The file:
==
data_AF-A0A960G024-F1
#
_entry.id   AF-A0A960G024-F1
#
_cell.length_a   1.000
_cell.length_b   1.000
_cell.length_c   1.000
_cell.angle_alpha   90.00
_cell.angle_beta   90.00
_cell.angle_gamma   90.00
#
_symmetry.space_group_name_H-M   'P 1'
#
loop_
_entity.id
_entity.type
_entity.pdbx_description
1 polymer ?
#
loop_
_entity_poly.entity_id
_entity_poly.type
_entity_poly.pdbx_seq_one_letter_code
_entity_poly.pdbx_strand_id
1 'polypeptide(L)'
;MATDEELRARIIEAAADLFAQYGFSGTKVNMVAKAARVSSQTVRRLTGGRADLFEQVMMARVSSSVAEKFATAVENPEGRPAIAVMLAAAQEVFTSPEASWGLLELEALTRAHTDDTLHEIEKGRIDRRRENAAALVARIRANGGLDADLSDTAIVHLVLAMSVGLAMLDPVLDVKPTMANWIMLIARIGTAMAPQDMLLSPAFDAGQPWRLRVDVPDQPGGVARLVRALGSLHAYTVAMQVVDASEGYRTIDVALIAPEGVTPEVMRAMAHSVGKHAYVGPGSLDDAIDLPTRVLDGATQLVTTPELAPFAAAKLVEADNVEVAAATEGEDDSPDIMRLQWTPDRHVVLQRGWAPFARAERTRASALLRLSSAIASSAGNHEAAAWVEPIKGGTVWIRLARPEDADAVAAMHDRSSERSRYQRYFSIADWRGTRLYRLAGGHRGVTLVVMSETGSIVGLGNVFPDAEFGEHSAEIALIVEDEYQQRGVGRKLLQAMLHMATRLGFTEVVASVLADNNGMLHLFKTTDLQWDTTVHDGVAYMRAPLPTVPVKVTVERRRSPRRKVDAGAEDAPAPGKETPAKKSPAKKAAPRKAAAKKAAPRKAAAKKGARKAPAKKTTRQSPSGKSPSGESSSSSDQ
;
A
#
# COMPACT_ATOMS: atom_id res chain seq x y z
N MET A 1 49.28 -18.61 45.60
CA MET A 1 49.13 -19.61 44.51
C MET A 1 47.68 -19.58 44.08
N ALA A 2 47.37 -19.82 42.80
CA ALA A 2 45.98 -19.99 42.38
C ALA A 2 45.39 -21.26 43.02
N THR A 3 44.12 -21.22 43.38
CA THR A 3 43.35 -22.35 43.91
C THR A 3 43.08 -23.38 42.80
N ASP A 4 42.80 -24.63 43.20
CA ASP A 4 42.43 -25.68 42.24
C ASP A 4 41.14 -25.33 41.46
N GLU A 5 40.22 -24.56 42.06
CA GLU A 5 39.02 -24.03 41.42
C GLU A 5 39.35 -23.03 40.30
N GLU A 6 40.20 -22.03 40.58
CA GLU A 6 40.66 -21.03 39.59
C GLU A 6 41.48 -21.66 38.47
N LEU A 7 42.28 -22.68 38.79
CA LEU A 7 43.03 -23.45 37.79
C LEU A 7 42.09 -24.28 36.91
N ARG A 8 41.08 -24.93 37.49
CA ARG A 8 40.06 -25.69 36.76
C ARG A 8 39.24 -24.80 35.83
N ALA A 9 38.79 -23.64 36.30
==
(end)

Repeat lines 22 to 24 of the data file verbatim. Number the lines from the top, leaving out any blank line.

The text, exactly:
_entity_poly.type
_entity_poly.pdbx_seq_one_letter_code
_entity_poly.pdbx_strand_id